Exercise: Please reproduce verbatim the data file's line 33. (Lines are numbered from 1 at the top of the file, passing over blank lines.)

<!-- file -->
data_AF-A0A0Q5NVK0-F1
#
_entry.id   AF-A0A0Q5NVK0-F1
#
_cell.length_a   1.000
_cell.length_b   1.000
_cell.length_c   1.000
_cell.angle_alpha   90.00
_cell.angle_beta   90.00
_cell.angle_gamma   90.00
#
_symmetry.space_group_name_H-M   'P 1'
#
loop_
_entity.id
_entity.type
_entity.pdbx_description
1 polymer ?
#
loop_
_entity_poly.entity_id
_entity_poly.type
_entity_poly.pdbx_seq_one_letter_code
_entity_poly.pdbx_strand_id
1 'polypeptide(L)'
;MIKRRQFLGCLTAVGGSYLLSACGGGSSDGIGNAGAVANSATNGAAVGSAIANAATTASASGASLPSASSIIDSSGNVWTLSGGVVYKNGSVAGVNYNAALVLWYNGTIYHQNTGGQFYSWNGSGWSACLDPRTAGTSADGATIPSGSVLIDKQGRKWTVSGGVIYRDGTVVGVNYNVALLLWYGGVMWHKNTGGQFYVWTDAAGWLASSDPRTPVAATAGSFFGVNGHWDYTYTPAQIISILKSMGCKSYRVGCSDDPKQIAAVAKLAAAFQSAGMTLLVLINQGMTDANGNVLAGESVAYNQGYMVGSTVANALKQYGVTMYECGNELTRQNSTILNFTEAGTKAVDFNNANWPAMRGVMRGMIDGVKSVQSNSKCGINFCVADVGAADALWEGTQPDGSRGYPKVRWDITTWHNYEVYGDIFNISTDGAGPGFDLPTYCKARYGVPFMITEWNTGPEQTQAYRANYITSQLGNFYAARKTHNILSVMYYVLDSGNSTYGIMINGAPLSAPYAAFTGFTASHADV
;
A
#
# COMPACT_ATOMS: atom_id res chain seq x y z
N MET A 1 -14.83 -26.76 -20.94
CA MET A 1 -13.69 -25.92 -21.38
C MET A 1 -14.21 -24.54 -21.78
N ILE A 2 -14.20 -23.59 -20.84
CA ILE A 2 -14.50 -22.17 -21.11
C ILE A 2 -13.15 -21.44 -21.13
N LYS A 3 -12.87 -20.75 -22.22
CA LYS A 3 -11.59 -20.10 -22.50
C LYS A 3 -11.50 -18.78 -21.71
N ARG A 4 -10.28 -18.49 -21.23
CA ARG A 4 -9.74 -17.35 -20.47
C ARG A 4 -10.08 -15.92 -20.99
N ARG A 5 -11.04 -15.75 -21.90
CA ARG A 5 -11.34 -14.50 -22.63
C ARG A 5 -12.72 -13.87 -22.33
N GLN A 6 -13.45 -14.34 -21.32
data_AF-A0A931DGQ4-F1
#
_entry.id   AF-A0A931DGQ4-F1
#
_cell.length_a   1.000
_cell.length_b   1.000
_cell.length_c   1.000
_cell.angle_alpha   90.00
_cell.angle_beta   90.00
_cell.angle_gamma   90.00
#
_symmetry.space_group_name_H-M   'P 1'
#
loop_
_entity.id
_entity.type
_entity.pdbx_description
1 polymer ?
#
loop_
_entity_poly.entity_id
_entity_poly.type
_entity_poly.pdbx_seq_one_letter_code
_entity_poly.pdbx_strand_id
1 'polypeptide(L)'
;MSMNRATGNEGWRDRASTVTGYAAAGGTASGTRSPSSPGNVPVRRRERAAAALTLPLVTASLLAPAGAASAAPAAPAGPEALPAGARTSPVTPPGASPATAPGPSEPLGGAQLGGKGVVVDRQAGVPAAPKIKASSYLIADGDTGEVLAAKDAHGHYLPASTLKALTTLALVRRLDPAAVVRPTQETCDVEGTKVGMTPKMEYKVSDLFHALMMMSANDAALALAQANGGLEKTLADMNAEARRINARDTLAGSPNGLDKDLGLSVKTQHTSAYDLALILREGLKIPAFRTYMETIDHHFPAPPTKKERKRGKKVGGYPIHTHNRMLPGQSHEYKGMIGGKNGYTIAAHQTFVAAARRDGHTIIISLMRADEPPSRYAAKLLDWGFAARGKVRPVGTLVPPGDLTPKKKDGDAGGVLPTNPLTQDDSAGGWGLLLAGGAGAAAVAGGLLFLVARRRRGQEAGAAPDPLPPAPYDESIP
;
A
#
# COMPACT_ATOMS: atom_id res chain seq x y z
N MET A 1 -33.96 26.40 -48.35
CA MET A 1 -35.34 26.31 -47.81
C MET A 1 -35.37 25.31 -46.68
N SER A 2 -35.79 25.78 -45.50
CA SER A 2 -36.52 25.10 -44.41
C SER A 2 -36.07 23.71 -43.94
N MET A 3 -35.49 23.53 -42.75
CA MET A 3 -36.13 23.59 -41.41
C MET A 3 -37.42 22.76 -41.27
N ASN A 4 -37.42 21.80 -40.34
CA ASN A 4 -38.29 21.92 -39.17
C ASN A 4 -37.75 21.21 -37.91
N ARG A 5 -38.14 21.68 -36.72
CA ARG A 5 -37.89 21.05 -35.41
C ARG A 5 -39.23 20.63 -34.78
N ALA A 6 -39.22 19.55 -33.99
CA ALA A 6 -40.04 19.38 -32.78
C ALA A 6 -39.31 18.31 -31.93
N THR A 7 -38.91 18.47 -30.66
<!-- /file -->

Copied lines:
C MET A 1 -14.21 -24.54 -21.78